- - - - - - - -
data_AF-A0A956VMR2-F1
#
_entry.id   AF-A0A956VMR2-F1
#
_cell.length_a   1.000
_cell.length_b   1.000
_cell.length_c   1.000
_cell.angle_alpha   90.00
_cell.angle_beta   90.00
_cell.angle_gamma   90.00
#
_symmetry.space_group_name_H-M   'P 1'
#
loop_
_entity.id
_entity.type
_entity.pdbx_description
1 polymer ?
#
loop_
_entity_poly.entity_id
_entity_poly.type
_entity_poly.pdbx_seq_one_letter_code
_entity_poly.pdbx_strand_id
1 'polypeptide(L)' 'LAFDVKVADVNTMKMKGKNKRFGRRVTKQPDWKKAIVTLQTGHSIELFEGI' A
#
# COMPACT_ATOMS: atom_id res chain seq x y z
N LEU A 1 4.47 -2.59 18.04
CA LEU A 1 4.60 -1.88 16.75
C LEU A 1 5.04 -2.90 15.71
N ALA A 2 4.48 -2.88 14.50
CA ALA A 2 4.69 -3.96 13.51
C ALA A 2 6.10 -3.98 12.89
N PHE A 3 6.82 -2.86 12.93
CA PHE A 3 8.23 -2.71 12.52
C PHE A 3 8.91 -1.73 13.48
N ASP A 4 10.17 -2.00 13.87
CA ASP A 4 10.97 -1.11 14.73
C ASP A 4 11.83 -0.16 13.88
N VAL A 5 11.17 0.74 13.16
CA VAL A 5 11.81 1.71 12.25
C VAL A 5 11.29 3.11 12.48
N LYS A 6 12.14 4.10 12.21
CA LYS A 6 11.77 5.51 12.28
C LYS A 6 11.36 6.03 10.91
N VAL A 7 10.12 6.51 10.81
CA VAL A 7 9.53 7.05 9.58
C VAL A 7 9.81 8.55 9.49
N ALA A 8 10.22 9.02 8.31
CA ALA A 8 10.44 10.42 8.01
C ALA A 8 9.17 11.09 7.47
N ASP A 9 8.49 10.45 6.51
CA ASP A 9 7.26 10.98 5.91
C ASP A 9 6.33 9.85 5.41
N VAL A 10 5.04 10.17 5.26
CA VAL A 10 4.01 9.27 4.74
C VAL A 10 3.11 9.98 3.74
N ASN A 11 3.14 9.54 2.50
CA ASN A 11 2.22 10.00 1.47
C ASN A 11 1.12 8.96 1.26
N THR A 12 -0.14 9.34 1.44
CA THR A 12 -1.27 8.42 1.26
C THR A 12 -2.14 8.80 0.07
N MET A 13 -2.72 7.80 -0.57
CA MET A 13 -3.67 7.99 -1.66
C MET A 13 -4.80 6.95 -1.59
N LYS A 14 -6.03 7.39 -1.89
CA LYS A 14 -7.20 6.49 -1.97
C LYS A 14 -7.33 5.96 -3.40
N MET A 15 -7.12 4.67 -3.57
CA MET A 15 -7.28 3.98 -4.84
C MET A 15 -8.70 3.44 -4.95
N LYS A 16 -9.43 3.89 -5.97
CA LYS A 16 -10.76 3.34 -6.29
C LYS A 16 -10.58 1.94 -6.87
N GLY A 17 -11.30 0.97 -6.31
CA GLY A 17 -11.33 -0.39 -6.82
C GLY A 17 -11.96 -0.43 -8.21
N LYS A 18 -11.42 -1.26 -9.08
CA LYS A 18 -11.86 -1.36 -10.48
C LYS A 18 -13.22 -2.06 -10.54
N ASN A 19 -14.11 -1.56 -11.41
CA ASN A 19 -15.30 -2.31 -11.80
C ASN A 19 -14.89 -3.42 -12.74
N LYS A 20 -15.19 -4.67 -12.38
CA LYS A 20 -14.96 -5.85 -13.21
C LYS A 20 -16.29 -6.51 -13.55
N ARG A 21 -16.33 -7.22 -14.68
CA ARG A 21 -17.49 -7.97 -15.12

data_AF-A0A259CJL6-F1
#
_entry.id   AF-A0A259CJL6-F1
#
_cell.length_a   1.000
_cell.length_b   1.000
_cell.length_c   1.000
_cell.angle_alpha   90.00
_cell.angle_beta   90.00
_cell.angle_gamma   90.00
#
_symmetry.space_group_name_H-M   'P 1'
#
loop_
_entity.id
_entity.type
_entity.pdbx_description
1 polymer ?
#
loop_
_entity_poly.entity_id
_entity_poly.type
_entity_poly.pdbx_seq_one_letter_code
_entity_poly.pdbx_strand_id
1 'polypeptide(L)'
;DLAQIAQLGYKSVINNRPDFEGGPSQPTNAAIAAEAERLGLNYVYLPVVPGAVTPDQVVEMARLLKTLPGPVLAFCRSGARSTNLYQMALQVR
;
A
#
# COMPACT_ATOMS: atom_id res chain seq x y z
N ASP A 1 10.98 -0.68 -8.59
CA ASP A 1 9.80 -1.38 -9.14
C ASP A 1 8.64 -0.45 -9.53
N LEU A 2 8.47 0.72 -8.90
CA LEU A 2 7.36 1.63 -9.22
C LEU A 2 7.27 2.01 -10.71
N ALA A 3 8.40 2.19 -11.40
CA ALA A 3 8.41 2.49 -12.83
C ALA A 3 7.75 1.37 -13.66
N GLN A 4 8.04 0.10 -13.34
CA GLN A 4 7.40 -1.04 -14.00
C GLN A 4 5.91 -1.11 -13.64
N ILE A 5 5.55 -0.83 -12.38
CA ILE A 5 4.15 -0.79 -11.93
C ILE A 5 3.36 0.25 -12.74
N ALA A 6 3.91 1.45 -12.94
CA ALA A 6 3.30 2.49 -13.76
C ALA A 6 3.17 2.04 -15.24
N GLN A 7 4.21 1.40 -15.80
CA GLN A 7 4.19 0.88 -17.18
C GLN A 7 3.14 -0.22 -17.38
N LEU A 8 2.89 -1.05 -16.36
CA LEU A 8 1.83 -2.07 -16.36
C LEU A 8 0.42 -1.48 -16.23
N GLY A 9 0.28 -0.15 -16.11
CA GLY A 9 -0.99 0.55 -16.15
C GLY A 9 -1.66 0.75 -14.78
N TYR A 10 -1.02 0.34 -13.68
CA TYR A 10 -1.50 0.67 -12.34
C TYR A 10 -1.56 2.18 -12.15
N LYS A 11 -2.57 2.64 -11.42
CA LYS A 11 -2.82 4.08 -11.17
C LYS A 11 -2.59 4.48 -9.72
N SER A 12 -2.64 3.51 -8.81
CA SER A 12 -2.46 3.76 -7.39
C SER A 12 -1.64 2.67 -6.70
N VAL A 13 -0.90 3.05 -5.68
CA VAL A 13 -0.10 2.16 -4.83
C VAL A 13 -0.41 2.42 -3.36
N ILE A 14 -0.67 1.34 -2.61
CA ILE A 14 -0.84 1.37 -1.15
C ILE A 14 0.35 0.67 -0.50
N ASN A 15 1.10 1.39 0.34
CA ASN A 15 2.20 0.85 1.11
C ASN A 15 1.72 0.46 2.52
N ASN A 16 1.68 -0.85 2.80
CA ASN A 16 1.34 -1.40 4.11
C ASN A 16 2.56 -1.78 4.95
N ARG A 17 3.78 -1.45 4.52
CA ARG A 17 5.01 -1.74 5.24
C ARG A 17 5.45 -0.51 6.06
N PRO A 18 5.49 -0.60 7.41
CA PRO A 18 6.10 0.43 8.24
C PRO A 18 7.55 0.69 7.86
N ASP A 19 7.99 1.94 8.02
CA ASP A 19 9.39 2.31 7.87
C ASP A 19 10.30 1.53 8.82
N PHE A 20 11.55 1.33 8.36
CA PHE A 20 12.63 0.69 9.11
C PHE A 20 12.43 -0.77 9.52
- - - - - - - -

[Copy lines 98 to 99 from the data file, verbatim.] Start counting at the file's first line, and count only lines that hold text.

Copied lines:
_cell.angle_beta   90.00
_cell.angle_gamma   90.00